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Photographer: Williams, Greg. Title: Cartoon illustrating the 5 Second Rule. Website: https://en.wikipedia.org/. Dated: 28 Oct 2016

The first variable is, what kind of floor we are talking about. Some floors retain more bacteria than others.  Outside our homes, it’s pretty obvious we’re exposed to countless forms of bacteria capable of causing immediate illness. Some studies suggests that objects like cell-phones and cash, carry more germs than a floor, which is transferred via our hands. This concludes the second parameter. Even before hitting the floor, our food might get contaminated due to our poor personal hygiene.

It’s impossible to fully rely on these studies because their experiments were conducted in a controlled environment. None of these proves for certain that the particular floor we’ve dropped our food on is germ free or not. In reality, bacteria can get transferred immediately to the food but, eating it after quick rescue doesn’t actually make us sick most of the time. So we keep doing it.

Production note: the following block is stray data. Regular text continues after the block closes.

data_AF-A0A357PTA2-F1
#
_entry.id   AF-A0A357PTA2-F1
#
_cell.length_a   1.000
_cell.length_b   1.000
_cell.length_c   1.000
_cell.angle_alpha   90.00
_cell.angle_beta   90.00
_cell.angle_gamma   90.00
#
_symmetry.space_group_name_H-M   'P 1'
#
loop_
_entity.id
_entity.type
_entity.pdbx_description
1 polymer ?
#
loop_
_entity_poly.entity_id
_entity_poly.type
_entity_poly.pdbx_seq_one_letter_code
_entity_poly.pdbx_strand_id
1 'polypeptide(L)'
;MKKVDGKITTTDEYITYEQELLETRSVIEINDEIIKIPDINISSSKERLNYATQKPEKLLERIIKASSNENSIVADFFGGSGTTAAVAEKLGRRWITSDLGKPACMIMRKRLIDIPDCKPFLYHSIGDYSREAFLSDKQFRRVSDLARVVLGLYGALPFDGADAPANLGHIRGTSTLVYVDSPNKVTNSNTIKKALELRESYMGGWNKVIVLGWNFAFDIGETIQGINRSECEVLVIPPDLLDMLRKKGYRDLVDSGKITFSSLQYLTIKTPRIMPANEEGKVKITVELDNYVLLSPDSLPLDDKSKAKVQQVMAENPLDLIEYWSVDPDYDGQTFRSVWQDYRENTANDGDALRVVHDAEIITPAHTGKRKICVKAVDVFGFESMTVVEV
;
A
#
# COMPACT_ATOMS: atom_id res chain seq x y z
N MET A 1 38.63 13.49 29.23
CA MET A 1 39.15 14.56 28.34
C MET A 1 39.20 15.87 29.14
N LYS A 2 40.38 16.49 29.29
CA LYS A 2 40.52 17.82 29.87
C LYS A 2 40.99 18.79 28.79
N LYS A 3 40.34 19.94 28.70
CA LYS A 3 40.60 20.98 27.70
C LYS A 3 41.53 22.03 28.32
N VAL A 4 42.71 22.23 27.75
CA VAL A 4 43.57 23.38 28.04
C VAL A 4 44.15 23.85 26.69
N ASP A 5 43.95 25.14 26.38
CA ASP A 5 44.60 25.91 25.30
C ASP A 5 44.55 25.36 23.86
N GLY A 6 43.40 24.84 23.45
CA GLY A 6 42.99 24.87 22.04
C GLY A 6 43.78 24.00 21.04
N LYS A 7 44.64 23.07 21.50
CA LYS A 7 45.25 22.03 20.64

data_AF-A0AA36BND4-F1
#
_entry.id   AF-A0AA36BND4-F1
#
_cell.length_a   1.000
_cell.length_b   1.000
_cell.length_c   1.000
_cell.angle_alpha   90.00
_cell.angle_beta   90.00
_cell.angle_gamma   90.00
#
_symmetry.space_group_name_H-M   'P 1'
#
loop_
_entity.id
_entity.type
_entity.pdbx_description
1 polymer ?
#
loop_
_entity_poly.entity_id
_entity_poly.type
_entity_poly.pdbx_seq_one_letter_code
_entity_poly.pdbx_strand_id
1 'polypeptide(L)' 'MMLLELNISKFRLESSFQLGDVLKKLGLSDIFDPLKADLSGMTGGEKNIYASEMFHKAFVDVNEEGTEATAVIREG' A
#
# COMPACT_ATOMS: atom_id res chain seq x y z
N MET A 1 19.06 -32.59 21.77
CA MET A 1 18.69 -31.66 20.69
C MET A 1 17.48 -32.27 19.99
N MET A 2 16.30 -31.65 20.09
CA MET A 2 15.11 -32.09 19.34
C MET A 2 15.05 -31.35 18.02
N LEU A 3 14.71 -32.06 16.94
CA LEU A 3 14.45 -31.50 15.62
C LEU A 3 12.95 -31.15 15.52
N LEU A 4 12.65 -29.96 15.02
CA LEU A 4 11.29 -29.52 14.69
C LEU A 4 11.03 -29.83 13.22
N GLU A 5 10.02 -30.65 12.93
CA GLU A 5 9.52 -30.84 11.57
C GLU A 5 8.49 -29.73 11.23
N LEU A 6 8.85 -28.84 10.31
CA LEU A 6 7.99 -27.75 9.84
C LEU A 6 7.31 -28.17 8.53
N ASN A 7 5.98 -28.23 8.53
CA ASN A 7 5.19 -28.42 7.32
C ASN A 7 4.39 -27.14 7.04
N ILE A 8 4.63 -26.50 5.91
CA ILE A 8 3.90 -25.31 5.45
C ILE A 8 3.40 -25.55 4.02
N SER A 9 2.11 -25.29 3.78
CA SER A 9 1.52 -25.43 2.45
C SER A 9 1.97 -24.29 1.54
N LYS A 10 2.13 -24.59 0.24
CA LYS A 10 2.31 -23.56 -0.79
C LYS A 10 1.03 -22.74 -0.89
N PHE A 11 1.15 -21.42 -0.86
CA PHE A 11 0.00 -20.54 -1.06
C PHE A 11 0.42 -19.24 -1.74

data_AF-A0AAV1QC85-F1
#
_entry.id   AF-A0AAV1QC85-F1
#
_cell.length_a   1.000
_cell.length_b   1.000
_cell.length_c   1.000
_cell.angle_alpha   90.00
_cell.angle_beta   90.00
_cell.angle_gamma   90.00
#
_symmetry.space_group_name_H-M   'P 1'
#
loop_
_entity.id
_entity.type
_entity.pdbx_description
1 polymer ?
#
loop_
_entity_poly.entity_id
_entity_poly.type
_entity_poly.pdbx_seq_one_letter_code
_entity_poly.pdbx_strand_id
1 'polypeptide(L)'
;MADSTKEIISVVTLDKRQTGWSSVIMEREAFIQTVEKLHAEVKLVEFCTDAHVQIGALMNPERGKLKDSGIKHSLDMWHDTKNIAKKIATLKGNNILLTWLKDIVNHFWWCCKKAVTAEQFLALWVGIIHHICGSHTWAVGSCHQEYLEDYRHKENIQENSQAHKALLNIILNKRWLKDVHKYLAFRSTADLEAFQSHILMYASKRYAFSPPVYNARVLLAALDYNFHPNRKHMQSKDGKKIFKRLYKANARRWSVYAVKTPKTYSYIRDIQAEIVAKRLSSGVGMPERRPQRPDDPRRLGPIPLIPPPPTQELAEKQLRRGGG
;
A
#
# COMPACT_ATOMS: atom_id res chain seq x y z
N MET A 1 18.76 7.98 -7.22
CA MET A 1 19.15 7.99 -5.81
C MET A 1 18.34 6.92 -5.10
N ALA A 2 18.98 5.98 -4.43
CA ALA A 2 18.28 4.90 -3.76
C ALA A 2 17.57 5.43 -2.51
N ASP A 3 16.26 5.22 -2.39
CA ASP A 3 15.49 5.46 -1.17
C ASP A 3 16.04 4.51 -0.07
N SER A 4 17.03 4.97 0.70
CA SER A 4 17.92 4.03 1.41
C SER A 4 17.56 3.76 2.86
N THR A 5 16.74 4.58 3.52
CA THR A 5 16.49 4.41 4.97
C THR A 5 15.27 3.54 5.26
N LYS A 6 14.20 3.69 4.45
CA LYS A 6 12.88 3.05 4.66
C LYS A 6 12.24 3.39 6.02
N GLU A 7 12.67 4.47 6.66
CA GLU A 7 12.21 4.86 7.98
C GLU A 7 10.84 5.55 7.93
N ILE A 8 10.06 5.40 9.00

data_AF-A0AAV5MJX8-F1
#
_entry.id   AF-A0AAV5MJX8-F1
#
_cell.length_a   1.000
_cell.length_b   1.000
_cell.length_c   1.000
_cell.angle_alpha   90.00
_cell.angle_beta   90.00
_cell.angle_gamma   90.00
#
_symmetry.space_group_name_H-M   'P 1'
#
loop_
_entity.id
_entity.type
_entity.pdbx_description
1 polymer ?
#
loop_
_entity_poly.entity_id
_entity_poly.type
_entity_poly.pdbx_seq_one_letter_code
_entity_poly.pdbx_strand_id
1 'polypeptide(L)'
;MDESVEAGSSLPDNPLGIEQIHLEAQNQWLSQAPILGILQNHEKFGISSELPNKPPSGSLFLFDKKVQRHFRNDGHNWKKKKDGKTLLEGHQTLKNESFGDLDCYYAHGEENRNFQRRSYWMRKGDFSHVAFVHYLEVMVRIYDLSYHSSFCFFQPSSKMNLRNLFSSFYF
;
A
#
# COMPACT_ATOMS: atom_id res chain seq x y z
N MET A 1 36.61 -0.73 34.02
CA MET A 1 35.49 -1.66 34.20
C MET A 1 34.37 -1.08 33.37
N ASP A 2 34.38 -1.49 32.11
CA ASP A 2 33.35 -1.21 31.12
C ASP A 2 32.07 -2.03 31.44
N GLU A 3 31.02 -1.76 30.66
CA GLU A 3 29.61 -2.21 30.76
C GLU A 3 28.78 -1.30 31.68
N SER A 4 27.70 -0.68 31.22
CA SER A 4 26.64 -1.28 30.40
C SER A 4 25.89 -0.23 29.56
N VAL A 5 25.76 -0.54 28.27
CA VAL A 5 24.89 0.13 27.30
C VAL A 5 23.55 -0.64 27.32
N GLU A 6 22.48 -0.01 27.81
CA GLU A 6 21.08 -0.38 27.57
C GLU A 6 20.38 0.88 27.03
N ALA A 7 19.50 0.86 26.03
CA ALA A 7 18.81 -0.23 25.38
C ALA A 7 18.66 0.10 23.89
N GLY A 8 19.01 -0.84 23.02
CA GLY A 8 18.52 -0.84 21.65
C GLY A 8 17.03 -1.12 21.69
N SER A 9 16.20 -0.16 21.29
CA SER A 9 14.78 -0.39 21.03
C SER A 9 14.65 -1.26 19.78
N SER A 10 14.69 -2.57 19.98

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Great Indian Cuisines: Patthar ka Gosht

By
Sa’ad Ahmed Shaikh

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An Indian feast. || Drishti.co, Web, Nov 25 2016, India

India is known for a lot of things, not least, its sumptuous dishes. The land of the Himalayas has no dearth of culture, with 150 languages having a sizable speaking population (the total number of languages is placed at a staggering 1652). With a tradition spanning centuries, it’s not surprising to find that India’s cuisine is as diverse as its population. One can never say; “I’m gonna have some Indian cuisine tonight,” and be satisfied with one, for India boasts of  several; Mughlai, South Indian(which has a cuisine for each of its four states) and Awadhi, among many others. What’s special is that each of India’s 29 states has its own cuisine to boast of; some of them having more than one!